7.0/10
20,067
64 user 104 critic

Suite Française (2014)

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2:14 | Trailer
During the early years of Nazi occupation of France in World War II, romance blooms between Lucile Angellier (Michelle Williams), a French villager, and Bruno von Falk (Matthias Schoenaerts), a German soldier.

Director:

Saul Dibb

Writers:

Saul Dibb (screenplay), Matt Charman (screenplay) | 1 more credit »
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Popularity
3,071 ( 96)
Nominated for 1 Primetime Emmy. Another 3 nominations. See more awards »

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Cast

Cast overview, first billed only:
Michelle Williams ... Lucile Angellier
Kristin Scott Thomas ... Madame Angellier
Margot Robbie ... Celine Joseph
Eric Godon ... Monsieur Joseph
Deborah Findlay ... Madame Joseph
Ruth Wilson ... Madeleine Labarie
Sam Riley ... Benoit Labarie
Vincent Doms ... Young Priest
Simon Dutton ... Maurice Michaud
Diana Kent Diana Kent ... Madame Michaud
Themis Pauwels Themis Pauwels ... Anna
Alexandra Maria Lara ... Leah
Nicolas Chagrin Nicolas Chagrin ... Father Bracelet
Clare Holman ... Marthe
Bernice Stegers ... Madame Perrin
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Storyline

France, 1940. In the first days of occupation, beautiful Lucile Angellier (Michelle Williams) is trapped in a stifled existence with her controlling mother-in-law (Kristin Scott Thomas) as they both await news of her husband: a prisoner of war. Parisian refugees start to pour into their small town, soon followed by a regiment of German soldiers who take up residence in the villagers' own homes. Lucile initially tries to ignore Bruno von Falk (Matthias Schoenaerts), the handsome and refined German officer staying with them. But soon, a powerful love draws them together and leads them into the tragedy of war. Written by Polly_Kat

Plot Summary | Add Synopsis

Taglines:

A story of forbidden love in heart-breaking times. See more »

Genres:

Drama | Romance | War

Certificate:

See all certifications »

Parents Guide:

View content advisory »
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Details

Country:

UK | France | Canada | Belgium | USA

Language:

English | German | French | Latin

Release Date:

13 March 2015 (UK) See more »

Also Known As:

Suite Francesa See more »

Filming Locations:

Hainaut, Belgium See more »

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Box Office

Budget:

€15,000,000 (estimated)
See more on IMDbPro »

Company Credits

Show more on IMDbPro »

Technical Specs

Runtime:

| (TV)

Sound Mix:

Dolby Digital

Color:

Color | Black and White (archive footage)

Aspect Ratio:

2.35 : 1
See full technical specs »
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Did You Know?

Trivia

Irène Némirovsky's daughter, Denise Epstein, died on April 28, 2013, two months before filming began. There's a dedication to her in the film's closing credits. See more »

Goofs

In one of the last scenes where Michelle Williams is driving away, the camera pans out to a landscape shot. The adjacent wheat field clearly shows tracks of a sprayer used to dessicate the wheat - there was no such thing in 1940. See more »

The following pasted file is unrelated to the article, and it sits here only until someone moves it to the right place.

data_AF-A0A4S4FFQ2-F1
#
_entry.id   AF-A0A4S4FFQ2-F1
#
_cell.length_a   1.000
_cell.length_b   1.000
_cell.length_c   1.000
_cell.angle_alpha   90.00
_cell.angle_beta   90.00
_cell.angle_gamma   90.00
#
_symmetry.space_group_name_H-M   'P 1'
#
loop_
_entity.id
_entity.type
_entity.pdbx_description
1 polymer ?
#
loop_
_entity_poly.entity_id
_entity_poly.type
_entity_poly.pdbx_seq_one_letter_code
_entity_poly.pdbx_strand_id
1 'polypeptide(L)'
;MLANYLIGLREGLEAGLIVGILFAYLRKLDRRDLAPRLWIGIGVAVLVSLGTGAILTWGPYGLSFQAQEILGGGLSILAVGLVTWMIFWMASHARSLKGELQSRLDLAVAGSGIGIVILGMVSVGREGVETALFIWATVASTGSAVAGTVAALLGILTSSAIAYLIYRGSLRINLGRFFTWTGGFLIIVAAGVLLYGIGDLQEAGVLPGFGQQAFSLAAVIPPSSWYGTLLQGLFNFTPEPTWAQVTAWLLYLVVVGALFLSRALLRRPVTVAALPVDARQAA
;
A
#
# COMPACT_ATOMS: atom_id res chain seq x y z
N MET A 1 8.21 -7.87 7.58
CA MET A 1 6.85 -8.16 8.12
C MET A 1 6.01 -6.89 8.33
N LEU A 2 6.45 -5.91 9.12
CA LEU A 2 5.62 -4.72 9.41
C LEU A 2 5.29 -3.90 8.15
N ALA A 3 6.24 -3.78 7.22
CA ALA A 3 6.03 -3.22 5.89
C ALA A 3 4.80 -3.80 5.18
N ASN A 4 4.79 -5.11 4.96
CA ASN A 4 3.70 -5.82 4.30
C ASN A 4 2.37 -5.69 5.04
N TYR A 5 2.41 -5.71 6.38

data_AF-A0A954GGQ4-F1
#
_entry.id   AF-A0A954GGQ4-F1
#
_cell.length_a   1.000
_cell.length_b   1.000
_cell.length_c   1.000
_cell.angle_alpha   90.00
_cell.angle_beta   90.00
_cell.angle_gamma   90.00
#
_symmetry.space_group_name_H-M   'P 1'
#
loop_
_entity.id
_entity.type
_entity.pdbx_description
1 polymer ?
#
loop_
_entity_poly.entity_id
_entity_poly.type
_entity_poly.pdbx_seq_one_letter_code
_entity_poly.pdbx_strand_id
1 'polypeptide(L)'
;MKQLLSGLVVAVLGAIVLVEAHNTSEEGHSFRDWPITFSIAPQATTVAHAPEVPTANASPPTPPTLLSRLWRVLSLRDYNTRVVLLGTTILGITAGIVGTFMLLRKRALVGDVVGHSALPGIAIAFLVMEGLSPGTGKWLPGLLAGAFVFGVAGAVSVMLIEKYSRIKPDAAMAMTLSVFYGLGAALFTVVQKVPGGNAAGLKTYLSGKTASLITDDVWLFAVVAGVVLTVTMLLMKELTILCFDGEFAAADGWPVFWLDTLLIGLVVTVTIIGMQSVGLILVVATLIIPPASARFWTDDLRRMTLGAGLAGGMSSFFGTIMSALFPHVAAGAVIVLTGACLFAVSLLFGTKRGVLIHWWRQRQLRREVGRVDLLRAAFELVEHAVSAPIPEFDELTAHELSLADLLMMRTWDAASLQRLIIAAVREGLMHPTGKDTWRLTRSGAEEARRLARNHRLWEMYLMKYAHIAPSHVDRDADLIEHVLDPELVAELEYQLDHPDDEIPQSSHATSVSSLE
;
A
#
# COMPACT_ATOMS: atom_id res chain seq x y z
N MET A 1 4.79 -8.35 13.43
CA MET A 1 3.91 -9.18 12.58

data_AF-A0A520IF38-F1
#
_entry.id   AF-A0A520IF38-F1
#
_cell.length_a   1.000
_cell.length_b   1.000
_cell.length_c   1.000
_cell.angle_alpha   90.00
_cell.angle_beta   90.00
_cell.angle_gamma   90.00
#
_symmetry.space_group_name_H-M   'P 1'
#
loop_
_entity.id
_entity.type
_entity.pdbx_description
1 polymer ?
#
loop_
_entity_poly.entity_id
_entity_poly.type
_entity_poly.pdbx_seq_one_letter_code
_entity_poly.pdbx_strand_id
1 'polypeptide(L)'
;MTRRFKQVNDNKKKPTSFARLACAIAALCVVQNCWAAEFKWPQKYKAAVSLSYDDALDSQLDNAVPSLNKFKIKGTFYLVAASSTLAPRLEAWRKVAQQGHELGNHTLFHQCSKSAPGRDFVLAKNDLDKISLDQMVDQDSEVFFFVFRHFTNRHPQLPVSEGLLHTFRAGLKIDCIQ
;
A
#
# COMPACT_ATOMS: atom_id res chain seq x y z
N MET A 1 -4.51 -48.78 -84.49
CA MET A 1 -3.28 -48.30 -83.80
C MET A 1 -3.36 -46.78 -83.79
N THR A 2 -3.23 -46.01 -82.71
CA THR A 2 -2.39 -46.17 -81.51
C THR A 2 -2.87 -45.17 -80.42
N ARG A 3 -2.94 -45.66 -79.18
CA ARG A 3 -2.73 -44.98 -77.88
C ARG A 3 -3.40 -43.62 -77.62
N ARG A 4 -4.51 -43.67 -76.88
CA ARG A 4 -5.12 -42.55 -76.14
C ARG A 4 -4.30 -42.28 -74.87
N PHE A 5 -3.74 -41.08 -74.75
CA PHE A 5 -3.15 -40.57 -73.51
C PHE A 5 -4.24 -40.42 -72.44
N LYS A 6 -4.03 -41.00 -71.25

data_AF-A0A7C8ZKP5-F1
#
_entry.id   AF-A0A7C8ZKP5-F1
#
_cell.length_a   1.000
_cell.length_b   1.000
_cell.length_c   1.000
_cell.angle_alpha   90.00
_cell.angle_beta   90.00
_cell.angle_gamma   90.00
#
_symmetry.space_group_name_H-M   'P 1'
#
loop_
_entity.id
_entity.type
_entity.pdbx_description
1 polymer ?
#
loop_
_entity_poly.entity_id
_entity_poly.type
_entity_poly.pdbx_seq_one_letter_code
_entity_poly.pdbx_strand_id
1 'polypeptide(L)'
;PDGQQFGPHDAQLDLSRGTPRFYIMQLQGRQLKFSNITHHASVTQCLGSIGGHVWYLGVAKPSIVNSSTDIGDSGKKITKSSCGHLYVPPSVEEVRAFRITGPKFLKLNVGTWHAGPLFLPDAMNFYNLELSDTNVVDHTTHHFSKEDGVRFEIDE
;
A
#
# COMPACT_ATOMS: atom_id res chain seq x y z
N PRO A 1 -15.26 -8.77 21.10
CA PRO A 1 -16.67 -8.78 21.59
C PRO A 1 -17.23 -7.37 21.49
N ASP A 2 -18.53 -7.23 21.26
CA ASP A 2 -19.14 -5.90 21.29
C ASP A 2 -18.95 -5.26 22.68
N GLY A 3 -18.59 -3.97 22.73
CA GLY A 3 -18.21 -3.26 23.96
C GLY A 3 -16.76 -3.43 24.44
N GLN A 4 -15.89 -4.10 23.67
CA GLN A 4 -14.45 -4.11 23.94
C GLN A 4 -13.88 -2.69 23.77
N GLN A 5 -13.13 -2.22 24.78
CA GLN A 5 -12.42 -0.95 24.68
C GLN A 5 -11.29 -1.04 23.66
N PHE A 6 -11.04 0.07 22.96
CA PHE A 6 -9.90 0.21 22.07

Quotes

Madeleine Labarie: My father always said, if you want to see what people are truly made of, start a war.
See more »

Crazy Credits

The final credits initially play over what appears to be the original hand-written manuscript of the novel. See more »

Connections

Featured in Projector: Home/Suite Française (2015) See more »

Soundtracks

Ode to Joy
(uncrdeited)
Written by Ludwig van Beethoven
Performed by Anna on the recorder
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User Reviews

 
Sophisticated commentary on inequality and dispossession
29 July 2015 | by s3276169See all my reviews

Suite Francaise is, for me, a rather sophisticated commentary on inequality and dispossession.

The characters in Suite Francaise are never to any measurable degree in control of their own fate. They are each controlled and constrained by social, economic and political prohibitions. In their own way each suffers a form of inequality of treatment, which leads to some form or other of dispossession.

For the lead characters, the young French wife and the German officer she comes to love, the most obvious inequality is their inability to form and sustain a loving relationship.They are constrained by political differences and social prejudices. Other characters experience dispossession as a result of a variety of factors such as class bias and racial discrimination. The loss in these cases, ranges from dispossession from property, through to deportation and death.

What is clear is the authors frustration and fury at the insanity of the world we live in. How so called civilizations and on a more local level individuals, demonstrate spitefulness and pettiness, (demonstrated by neighbours writing incriminating letters to the occupying German forces about one another) that prevent us all from leading free and happy lives.

This message is driven home all the more painfully and forcefully when you consider the tragic fate of the Jewish author, whose work this film is based upon. Sent to her death at a Nazi concentration camp simply for being Jewish.

The film adaption, derived from her incomplete series of books, is perhaps, a little stilted at times. This may in part be due to the fact the books were incomplete but possibly also due to the subtly of the message, which is not easily communicated in a ninety minute or so film.

In summary, Suite Francaise, is a thoughtful film. The compelling and heartfelt message which asks us all to practice kindness, understanding and tolerance when faced with its antithesis is as relevant in today's troubled times as ever it was. Eight out of ten from me.


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